New Bill Would Regulate MAs in South Carolina

Posted By American Med Spa Association, Friday, April 30, 2021

A new bill filed in South Carolina would provide for the certification of medical assistants (MAs) and provide practice guidance. Representative G.M. Smith is the sponsor of the bill, which is known as House Bill 4296 (H 4296). It has initially been referred to the House Committee on Medical, Military, Public and Municipal Affairs for further consideration.
Currently, MAs in South Carolina are referred to as unlicensed assistive personnel (UAP), and they may be delegated a limited number of tasks by certain licensed health care professionals who provide supervision. H 4296 would create an additional profession known as a certified medical assistant (CMA). Under the bill, CMAs will have graduated from an accredited post-secondary medical assisting program and will be able to perform a wider scope of delegated tasks than a UAP. CMAs would be able to perform tasks that do not pose a significant risk to patients when under the onsite supervision of a physician, physician assistant or advanced practice registered nurse. While these tasks can include administering medication, CMAs would be specifically prohibited from performing many medical spa procedures, including both cosmetic injections of toxin or fillers and using lasers or instruments for destruction of tissue. In contrast, UAPs can provide services such as patient hygiene and nutrition tasks and take vital signs but are specifically prohibited from administering medication.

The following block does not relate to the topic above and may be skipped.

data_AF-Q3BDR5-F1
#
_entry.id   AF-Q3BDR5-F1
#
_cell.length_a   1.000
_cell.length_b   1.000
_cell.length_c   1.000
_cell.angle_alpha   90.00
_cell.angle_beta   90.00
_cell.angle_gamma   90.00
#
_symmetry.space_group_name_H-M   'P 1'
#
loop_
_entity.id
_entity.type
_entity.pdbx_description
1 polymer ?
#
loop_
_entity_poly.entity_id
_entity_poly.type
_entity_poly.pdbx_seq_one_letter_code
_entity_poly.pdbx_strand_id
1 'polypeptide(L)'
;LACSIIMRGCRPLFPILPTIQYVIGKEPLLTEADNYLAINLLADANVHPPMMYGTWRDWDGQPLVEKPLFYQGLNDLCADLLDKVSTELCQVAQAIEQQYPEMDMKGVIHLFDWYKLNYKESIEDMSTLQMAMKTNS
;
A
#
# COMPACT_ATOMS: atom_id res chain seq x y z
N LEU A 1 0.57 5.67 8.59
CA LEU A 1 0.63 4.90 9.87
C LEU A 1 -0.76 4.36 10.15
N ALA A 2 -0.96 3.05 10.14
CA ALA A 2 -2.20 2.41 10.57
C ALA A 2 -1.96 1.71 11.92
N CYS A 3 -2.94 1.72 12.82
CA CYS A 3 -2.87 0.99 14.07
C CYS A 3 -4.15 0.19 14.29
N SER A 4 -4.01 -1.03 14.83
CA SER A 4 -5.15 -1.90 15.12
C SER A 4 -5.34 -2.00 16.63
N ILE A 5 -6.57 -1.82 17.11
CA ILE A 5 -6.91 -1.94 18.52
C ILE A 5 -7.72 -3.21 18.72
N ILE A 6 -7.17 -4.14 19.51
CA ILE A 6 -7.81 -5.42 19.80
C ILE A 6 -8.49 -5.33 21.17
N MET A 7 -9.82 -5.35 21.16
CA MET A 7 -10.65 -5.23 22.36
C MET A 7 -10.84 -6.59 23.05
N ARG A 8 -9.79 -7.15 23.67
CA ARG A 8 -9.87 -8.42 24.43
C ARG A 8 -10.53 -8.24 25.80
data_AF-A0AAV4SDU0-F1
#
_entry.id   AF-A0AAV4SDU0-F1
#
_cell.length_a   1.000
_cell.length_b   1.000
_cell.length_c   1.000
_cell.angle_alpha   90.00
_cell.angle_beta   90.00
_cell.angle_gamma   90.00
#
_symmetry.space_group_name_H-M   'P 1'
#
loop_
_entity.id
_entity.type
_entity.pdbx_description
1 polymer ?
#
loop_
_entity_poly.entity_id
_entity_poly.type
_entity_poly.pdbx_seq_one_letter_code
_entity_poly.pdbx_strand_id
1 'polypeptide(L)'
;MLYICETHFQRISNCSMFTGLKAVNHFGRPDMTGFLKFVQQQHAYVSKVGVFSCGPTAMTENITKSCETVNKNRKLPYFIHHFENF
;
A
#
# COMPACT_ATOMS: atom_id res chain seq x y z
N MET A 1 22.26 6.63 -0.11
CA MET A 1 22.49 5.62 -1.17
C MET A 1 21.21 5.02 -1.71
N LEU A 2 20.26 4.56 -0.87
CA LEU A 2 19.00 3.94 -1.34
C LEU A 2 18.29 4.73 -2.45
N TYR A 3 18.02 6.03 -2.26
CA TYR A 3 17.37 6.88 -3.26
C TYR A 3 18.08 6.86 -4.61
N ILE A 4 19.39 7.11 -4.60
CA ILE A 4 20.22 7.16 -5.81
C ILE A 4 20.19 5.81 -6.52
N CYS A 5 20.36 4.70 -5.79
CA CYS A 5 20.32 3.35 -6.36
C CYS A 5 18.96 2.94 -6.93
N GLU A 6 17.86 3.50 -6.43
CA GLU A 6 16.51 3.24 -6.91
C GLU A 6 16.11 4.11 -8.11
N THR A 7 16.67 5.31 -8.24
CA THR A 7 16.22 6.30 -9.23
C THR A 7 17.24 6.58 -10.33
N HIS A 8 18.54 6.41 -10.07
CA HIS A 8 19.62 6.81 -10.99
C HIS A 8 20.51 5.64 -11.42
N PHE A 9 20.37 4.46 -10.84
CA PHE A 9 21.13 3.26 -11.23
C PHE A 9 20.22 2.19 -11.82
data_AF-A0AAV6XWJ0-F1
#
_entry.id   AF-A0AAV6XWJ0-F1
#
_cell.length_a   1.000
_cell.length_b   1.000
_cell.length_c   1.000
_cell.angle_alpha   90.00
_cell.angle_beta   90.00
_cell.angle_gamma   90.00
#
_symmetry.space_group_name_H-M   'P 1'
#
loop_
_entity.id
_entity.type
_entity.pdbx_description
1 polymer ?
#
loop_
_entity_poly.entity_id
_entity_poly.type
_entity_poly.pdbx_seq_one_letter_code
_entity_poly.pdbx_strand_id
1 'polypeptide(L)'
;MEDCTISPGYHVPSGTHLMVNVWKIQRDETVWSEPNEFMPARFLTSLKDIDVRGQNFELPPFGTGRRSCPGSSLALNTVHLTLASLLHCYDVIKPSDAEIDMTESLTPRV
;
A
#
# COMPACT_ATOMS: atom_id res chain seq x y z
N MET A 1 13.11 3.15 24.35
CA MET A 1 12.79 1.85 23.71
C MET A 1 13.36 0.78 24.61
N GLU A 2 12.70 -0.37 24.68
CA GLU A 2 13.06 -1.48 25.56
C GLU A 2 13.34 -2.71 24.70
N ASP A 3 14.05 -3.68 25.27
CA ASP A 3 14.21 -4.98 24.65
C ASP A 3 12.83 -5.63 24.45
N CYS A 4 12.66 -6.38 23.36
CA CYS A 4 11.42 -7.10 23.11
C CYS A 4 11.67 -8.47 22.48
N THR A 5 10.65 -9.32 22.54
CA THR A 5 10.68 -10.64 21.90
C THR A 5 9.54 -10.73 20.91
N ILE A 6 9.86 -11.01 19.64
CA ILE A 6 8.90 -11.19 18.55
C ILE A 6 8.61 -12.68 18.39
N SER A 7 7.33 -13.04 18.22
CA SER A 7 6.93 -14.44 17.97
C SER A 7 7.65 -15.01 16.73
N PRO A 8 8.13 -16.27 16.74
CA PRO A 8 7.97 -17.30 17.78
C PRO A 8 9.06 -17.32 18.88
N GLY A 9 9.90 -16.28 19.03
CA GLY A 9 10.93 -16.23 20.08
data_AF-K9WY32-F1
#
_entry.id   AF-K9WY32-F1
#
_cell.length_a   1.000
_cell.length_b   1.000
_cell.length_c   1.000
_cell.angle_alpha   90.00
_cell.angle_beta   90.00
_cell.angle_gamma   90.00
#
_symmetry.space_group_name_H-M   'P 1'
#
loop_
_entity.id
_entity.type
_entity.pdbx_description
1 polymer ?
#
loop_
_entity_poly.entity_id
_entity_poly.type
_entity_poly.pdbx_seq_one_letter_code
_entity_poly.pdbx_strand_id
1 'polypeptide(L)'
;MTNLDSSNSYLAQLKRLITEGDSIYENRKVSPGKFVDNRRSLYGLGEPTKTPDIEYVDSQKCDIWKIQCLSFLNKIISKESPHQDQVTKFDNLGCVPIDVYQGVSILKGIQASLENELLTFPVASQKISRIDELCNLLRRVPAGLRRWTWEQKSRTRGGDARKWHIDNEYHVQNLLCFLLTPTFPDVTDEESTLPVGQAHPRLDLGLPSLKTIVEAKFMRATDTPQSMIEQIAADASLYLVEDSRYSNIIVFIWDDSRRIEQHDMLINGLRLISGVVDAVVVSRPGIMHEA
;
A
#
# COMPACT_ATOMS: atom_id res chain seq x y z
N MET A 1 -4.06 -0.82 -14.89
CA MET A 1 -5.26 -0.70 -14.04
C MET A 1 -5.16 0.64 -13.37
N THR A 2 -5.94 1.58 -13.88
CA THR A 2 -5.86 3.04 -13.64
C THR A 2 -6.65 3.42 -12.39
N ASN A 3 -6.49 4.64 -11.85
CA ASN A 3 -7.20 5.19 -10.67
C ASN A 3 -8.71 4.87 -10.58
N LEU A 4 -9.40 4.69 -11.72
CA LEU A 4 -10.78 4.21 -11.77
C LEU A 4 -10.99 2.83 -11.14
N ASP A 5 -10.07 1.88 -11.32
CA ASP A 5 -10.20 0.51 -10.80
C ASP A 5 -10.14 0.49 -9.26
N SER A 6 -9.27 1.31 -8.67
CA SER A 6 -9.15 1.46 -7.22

Under current rules, UAPs are already limited in the tasks they may be delegated, including being unable to perform most medical spa treatments. H 4296 would further restrict the UAP scope of practice while providing an expanded role for those who become certified as CMAs. Under the current language of H 4296, all current MAs would qualify as CMAs for an initial two-year period to allow them to complete the education program. Most states do not provide for MA certification at all, so H 4296 may mark the beginnings of a larger trend to regulate unlicensed personnel. We will be monitoring this legislation this year.